Forget ‘pulpit envy.’ Most Americans attend a small church.
By Sue Washburn | Presbyterians Today
Not too long ago our presbytery meeting was held at a cathedral-like church with thick stone, intricate stained glass and a grand, high pulpit. As I climbed the steps to the pulpit, I swear the air got thinner. When I got to the top and behind the mic, I felt like I was commanding a starship. There was a smooth wooden shelf encircling the area, like an expansive console surrounding me, but without flashing computer screens. I felt like I could pilot the church straight to heaven. As I looked down upon my colleagues something inside me felt strange. Then I realized what it was. I had pulpit envy.
Everything that pulpit represented flashed through my mind — a big church, with possibly a big endowment. In my momentary reverie, I thought about all the members who would surely fill boards and committees, do outreach and take on meaningful mission projects in the community and around the world.
It’s not just pastors who suffer from pulpit envy. Many members look at other churches and think that surely things are going better in that bigger church down the road. We think about the choirs bigger than our congregations, the computer-run lighting systems and the hip programming — all of which can make us feel like we are worshiping in Grandma’s faded living room by comparison. And truth be told, some of our furniture was donated from Grandma’s living room.
Up there in my temporary command center, I remembered the small church I serve. The pulpit I use each Sunday is mostly packed with audio equipment. Every so often during worship I disappear to bend down and fiddle with the audio levels if we have a special singer or if the mic has suddenly stopped working. Instead of a calm and powerful commander standing at the helm of a big church, I’m more like the busy conductor waving a stick at a small musical ensemble that is sometimes missing a few instruments.
Of course, the reality is that big churches and small churches each have their share of challenges to face. My pulpit envy is purely a function of my own mind. If I am honest, the problem is that too often I think of small churches as failures. I know I’m not alone in this. Many congregations have corporate memories of bursting sanctuaries and expanded education centers as cultural Christianity thrived in the ’50s and ’60s.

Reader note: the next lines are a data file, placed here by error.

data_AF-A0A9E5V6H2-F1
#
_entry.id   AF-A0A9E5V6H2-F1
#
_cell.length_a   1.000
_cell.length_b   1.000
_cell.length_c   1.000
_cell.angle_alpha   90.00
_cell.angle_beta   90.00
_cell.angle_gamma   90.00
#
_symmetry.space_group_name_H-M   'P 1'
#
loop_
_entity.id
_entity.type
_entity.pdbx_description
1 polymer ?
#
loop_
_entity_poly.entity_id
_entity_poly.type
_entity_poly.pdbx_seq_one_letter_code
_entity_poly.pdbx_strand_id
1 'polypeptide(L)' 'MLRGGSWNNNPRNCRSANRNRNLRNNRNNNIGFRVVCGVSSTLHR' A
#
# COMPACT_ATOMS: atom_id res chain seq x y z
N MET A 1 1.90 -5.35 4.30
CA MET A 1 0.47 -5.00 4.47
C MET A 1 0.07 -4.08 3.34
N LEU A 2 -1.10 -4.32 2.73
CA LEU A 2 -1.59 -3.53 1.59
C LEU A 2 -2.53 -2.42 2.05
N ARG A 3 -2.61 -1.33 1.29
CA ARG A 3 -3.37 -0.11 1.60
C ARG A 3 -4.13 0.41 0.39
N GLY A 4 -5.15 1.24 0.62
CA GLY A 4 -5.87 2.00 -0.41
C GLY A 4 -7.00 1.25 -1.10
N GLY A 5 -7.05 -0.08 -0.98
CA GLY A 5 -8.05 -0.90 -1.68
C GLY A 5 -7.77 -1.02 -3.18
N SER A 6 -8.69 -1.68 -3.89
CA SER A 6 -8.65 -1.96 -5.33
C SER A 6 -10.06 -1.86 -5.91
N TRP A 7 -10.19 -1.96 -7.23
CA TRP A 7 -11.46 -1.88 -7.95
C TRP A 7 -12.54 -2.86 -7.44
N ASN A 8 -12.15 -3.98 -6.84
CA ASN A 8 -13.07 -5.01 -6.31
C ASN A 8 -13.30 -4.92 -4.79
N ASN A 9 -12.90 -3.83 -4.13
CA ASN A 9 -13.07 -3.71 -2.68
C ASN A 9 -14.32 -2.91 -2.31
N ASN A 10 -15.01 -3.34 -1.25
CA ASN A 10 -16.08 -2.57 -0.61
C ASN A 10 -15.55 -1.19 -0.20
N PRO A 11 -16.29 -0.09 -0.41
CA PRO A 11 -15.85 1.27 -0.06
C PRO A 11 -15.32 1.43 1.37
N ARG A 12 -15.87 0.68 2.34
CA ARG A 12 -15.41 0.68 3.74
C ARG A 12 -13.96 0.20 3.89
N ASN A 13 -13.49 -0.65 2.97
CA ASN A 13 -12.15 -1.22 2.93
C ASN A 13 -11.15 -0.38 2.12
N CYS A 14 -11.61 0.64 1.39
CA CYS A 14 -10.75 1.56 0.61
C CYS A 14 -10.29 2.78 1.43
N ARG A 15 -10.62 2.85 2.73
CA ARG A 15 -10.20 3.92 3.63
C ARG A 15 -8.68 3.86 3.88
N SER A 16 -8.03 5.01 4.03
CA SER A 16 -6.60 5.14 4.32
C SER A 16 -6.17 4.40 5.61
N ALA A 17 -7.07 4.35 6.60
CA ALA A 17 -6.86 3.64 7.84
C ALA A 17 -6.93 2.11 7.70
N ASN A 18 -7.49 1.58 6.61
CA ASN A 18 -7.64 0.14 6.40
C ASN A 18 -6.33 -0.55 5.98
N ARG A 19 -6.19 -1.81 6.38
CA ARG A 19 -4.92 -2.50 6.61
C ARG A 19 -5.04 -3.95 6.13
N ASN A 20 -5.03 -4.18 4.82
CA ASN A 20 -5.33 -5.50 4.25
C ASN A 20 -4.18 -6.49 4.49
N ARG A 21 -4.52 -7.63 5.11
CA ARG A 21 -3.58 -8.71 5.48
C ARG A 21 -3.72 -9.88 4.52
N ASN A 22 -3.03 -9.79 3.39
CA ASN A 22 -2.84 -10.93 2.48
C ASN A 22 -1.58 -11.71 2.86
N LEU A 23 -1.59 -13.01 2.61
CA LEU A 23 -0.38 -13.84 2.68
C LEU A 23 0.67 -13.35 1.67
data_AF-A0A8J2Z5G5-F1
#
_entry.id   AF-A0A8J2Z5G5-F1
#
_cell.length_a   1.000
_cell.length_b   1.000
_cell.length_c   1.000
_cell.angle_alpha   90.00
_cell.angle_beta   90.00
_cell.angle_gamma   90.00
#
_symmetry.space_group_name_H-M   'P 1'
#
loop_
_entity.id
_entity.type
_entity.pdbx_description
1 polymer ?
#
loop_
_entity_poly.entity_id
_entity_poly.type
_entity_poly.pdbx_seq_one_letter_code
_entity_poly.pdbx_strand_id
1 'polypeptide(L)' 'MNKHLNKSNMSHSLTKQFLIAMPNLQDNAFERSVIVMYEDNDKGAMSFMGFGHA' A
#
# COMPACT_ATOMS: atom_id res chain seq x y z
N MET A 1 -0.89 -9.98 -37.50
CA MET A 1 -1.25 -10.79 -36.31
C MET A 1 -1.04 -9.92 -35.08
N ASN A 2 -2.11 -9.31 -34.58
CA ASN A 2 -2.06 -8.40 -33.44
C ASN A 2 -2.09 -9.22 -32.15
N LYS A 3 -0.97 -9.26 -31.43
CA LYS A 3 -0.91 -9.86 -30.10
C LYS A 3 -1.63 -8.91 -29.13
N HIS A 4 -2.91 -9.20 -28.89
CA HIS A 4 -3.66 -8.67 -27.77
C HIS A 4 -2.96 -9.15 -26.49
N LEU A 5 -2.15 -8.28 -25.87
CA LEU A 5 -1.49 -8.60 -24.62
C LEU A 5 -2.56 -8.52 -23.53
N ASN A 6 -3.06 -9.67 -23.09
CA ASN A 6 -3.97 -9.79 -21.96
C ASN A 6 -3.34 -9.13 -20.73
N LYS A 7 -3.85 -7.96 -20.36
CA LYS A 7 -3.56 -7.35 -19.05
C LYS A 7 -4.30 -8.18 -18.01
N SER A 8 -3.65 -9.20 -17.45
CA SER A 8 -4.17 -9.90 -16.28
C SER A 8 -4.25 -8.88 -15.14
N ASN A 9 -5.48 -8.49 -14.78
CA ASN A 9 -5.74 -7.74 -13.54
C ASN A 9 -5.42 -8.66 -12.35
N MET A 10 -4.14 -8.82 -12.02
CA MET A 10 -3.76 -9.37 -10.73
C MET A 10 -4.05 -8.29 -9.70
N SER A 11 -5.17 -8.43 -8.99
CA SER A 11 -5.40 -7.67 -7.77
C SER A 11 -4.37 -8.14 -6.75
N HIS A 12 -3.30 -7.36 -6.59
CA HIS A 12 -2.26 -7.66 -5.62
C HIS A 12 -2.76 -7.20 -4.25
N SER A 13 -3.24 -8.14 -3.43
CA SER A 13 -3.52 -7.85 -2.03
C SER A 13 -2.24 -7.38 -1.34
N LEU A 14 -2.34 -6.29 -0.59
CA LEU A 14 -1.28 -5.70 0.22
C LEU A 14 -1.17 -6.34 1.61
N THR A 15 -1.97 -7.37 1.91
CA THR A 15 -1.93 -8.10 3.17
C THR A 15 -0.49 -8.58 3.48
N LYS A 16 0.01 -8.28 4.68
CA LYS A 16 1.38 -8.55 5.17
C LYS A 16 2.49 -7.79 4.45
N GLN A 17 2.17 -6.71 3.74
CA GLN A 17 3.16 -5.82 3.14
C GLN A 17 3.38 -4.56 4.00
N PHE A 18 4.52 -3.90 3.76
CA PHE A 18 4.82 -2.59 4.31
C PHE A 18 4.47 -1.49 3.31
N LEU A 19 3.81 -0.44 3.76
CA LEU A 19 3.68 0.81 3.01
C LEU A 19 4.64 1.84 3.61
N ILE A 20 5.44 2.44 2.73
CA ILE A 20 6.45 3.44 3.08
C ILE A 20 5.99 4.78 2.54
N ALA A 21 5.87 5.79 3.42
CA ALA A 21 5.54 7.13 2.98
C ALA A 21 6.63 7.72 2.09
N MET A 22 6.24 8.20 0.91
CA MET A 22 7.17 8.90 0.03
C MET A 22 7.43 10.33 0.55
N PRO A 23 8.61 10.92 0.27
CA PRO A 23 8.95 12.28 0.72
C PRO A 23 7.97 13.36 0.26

We often think that if we were truly sharing the gospel, our small churches would turn into the big churches we covet. And while it seems like big churches are everywhere, the reality is that on any given Sunday more than 60 percent of people worshiping in the United States are sitting in a church with fewer than 100 people. Most of those people are in churches with fewer than 50.
My perspective on small churches started to change at a synod gathering last year. We were supposed to brainstorm how a congregation of 15 might live as resurrection people. The ideas were plentiful: Sell the building and donate money. Worship in homes. Grow the congregation. Create a new worshiping community. The underlying assumption most of us had was that 15 was just not enough people for real ministry. Then someone said something that stopped the conversation.
“Why do we think we need a hundred people to make a difference? Jesus changed the world with just 12.”
Things began to shift in my mind and my ministry that day.
Descending the steps of the high pulpit, I discovered something else. Even though I’ve thought about leading a big church, being up there was not for me. That’s not judgment on the people who have big-church leadership skills. Our big churches are vital to our ministry together.
But we small churches have an important place, too. We are not failed big churches. Like all congregations, we should be judged on our willingness to follow God’s mission in our time and place. Using that criterion, the size of a pulpit doesn’t matter. Faithfulness does.
Sue Washburn is the pastor of Reunion Presbyterian Church in Mount Pleasant, Pennsylvania. She wrote this in a coffee shop next to people talking about their mega-church challenges.
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